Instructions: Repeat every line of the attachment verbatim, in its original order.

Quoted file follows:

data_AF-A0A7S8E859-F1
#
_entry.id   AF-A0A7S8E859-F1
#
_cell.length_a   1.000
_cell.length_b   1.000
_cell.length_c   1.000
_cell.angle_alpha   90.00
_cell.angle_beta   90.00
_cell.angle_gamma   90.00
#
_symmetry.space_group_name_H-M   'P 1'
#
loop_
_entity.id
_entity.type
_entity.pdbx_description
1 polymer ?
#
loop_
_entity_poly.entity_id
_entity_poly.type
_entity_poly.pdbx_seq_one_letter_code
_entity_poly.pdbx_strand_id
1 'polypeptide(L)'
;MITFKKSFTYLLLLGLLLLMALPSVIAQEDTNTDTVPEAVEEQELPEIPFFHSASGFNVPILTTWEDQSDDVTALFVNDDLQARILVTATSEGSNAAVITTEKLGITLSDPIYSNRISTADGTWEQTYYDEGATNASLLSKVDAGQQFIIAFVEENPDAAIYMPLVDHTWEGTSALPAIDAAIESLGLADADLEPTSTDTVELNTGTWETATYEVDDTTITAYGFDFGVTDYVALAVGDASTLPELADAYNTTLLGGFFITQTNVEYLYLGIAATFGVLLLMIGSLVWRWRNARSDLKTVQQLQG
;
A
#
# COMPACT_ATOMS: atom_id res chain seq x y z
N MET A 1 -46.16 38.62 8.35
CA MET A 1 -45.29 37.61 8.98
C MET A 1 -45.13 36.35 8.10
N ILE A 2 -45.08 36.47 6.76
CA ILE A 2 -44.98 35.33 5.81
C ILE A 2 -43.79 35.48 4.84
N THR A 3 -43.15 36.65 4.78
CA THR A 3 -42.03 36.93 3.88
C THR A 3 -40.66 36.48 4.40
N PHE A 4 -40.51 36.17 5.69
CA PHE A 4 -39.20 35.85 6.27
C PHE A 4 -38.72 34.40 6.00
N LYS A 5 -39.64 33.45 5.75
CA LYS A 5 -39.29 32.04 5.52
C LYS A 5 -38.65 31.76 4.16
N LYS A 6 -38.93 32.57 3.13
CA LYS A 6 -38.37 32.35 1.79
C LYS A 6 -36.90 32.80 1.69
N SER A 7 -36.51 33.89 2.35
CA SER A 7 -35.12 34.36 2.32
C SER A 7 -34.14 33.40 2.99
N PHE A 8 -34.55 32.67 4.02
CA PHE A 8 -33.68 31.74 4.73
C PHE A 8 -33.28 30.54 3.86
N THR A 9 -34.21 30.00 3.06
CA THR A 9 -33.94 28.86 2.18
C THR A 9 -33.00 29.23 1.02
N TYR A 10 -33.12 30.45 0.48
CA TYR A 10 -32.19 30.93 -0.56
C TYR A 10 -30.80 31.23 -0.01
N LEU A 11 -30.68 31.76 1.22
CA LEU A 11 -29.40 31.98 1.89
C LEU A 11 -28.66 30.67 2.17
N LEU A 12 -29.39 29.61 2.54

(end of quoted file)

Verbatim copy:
data_AF-A0A7S8E859-F1
#
_entry.id   AF-A0A7S8E859-F1
#
_cell.length_a   1.000
_cell.length_b   1.000
_cell.length_c   1.000
_cell.angle_alpha   90.00
_cell.angle_beta   90.00
_cell.angle_gamma   90.00
#
_symmetry.space_group_name_H-M   'P 1'
#
loop_
_entity.id
_entity.type
_entity.pdbx_description
1 polymer ?
#
loop_
_entity_poly.entity_id
_entity_poly.type
_entity_poly.pdbx_seq_one_letter_code
_entity_poly.pdbx_strand_id
1 'polypeptide(L)'
;MITFKKSFTYLLLLGLLLLMALPSVIAQEDTNTDTVPEAVEEQELPEIPFFHSASGFNVPILTTWEDQSDDVTALFVNDDLQARILVTATSEGSNAAVITTEKLGITLSDPIYSNRISTADGTWEQTYYDEGATNASLLSKVDAGQQFIIAFVEENPDAAIYMPLVDHTWEGTSALPAIDAAIESLGLADADLEPTSTDTVELNTGTWETATYEVDDTTITAYGFDFGVTDYVALAVGDASTLPELADAYNTTLLGGFFITQTNVEYLYLGIAATFGVLLLMIGSLVWRWRNARSDLKTVQQLQG
;
A
#
# COMPACT_ATOMS: atom_id res chain seq x y z
N MET A 1 -46.16 38.62 8.35
CA MET A 1 -45.29 37.61 8.98
C MET A 1 -45.13 36.35 8.10
N ILE A 2 -45.08 36.47 6.76
CA ILE A 2 -44.98 35.33 5.81
C ILE A 2 -43.79 35.48 4.84
N THR A 3 -43.15 36.65 4.78
CA THR A 3 -42.03 36.93 3.88
C THR A 3 -40.66 36.48 4.40
N PHE A 4 -40.51 36.17 5.69
CA PHE A 4 -39.20 35.85 6.27
C PHE A 4 -38.72 34.40 6.00
N LYS A 5 -39.64 33.45 5.75
CA LYS A 5 -39.29 32.04 5.52
C LYS A 5 -38.65 31.76 4.16
N LYS A 6 -38.93 32.57 3.13
CA LYS A 6 -38.37 32.35 1.79
C LYS A 6 -36.90 32.80 1.69
N SER A 7 -36.51 33.89 2.35
CA SER A 7 -35.12 34.36 2.32
C SER A 7 -34.14 33.40 2.99
N PHE A 8 -34.55 32.67 4.02
CA PHE A 8 -33.68 31.74 4.73
C PHE A 8 -33.28 30.54 3.86
N THR A 9 -34.21 30.00 3.06
CA THR A 9 -33.94 28.86 2.18
C THR A 9 -33.00 29.23 1.02
N TYR A 10 -33.12 30.45 0.48
CA TYR A 10 -32.19 30.93 -0.56
C TYR A 10 -30.80 31.23 -0.01
N LEU A 11 -30.68 31.76 1.22
CA LEU A 11 -29.40 31.98 1.89
C LEU A 11 -28.66 30.67 2.17
N LEU A 12 -29.39 29.61 2.54